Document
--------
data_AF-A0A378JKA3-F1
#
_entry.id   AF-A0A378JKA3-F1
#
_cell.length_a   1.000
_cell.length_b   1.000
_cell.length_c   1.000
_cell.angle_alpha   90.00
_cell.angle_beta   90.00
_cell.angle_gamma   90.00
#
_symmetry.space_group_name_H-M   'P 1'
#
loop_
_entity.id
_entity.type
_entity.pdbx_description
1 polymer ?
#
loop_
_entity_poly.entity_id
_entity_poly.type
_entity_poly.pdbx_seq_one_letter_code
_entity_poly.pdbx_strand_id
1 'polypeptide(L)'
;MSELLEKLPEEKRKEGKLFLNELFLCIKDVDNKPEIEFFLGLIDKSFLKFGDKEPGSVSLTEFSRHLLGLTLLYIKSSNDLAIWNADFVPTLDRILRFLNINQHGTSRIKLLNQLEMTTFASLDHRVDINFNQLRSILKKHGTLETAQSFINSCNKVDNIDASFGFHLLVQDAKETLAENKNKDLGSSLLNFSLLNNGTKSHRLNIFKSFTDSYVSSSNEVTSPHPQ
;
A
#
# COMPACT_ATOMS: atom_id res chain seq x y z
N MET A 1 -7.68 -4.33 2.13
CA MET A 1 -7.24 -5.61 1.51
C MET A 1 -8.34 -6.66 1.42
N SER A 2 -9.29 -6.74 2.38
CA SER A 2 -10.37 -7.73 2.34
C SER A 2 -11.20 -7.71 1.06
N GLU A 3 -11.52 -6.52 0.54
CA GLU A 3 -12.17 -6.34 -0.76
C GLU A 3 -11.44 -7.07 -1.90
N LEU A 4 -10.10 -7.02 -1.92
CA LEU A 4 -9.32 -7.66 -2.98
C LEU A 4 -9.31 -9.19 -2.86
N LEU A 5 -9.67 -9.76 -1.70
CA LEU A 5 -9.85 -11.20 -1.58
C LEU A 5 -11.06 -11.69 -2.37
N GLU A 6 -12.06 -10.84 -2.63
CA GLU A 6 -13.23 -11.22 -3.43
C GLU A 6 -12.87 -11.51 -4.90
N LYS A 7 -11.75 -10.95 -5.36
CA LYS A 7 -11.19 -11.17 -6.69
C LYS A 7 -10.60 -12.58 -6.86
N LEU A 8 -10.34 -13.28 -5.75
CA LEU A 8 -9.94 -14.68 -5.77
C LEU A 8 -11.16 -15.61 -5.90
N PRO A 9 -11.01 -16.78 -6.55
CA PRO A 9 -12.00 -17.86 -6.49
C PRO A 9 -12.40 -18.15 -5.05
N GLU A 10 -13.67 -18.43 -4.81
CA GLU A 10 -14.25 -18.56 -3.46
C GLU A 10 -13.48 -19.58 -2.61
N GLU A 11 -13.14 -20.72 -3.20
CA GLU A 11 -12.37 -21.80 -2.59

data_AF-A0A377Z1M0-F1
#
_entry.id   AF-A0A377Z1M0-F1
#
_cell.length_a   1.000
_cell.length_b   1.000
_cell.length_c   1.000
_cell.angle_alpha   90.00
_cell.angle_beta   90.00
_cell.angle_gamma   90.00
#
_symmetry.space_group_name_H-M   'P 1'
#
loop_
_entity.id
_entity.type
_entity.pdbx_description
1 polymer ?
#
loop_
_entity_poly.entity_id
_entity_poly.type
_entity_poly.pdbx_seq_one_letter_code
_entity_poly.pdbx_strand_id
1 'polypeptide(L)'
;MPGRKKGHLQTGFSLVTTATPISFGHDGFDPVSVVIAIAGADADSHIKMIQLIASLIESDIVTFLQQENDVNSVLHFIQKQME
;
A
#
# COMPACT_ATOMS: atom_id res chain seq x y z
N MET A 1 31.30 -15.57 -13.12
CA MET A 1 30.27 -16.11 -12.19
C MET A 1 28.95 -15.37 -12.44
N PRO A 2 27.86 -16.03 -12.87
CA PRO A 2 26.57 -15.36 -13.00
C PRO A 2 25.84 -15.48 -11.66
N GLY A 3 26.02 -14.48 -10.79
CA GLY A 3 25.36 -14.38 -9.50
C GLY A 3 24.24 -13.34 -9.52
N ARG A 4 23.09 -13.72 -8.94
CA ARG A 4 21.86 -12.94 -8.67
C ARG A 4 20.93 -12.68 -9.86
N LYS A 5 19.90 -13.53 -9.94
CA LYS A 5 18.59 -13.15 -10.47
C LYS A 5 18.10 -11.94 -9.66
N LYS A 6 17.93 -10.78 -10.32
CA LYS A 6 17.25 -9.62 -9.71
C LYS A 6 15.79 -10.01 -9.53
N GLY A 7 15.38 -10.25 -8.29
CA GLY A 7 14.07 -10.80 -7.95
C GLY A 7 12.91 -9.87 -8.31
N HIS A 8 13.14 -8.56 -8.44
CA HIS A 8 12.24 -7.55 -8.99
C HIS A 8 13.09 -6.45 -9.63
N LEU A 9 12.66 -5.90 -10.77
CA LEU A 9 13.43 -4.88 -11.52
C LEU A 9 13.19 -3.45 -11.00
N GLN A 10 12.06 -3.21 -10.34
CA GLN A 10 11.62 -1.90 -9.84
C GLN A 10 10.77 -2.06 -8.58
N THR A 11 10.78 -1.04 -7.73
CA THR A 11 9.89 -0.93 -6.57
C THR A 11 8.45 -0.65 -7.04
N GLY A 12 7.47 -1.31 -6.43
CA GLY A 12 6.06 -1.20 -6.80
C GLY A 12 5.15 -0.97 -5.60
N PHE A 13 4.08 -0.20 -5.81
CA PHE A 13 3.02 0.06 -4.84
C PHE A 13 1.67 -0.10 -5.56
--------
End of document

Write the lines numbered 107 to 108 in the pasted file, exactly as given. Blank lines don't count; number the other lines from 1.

C LYS A 5 18.10 -11.94 -9.66
N LYS A 6 17.93 -10.78 -10.32